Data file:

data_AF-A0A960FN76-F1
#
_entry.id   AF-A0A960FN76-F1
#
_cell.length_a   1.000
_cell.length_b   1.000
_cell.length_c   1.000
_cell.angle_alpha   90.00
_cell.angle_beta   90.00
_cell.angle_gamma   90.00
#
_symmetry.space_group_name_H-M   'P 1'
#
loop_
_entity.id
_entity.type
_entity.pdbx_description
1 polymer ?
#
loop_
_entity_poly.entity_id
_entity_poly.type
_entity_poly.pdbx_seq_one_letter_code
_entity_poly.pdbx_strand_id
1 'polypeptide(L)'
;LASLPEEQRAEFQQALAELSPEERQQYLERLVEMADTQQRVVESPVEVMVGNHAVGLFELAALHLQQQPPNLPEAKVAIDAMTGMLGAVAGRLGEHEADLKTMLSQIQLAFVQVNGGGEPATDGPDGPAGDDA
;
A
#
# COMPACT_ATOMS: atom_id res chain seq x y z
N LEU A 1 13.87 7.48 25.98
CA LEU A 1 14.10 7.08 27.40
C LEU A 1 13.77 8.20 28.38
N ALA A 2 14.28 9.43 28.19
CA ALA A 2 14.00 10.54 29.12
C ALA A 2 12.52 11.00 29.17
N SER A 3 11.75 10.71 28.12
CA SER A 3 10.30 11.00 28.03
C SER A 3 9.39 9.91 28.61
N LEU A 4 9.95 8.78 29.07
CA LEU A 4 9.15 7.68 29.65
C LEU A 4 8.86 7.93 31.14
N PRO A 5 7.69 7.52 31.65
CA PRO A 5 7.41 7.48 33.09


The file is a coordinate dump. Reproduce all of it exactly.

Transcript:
data_AF-A0A960FN76-F1
#
_entry.id   AF-A0A960FN76-F1
#
_cell.length_a   1.000
_cell.length_b   1.000
_cell.length_c   1.000
_cell.angle_alpha   90.00
_cell.angle_beta   90.00
_cell.angle_gamma   90.00
#
_symmetry.space_group_name_H-M   'P 1'
#
loop_
_entity.id
_entity.type
_entity.pdbx_description
1 polymer ?
#
loop_
_entity_poly.entity_id
_entity_poly.type
_entity_poly.pdbx_seq_one_letter_code
_entity_poly.pdbx_strand_id
1 'polypeptide(L)'
;LASLPEEQRAEFQQALAELSPEERQQYLERLVEMADTQQRVVESPVEVMVGNHAVGLFELAALHLQQQPPNLPEAKVAIDAMTGMLGAVAGRLGEHEADLKTMLSQIQLAFVQVNGGGEPATDGPDGPAGDDA
;
A
#
# COMPACT_ATOMS: atom_id res chain seq x y z
N LEU A 1 13.87 7.48 25.98
CA LEU A 1 14.10 7.08 27.40
C LEU A 1 13.77 8.20 28.38
N ALA A 2 14.28 9.43 28.19
CA ALA A 2 14.00 10.54 29.12
C ALA A 2 12.52 11.00 29.17
N SER A 3 11.75 10.71 28.12
CA SER A 3 10.30 11.00 28.03
C SER A 3 9.39 9.91 28.61
N LEU A 4 9.95 8.78 29.07
CA LEU A 4 9.15 7.68 29.65
C LEU A 4 8.86 7.93 31.14
N PRO A 5 7.69 7.52 31.65
CA PRO A 5 7.41 7.48 33.09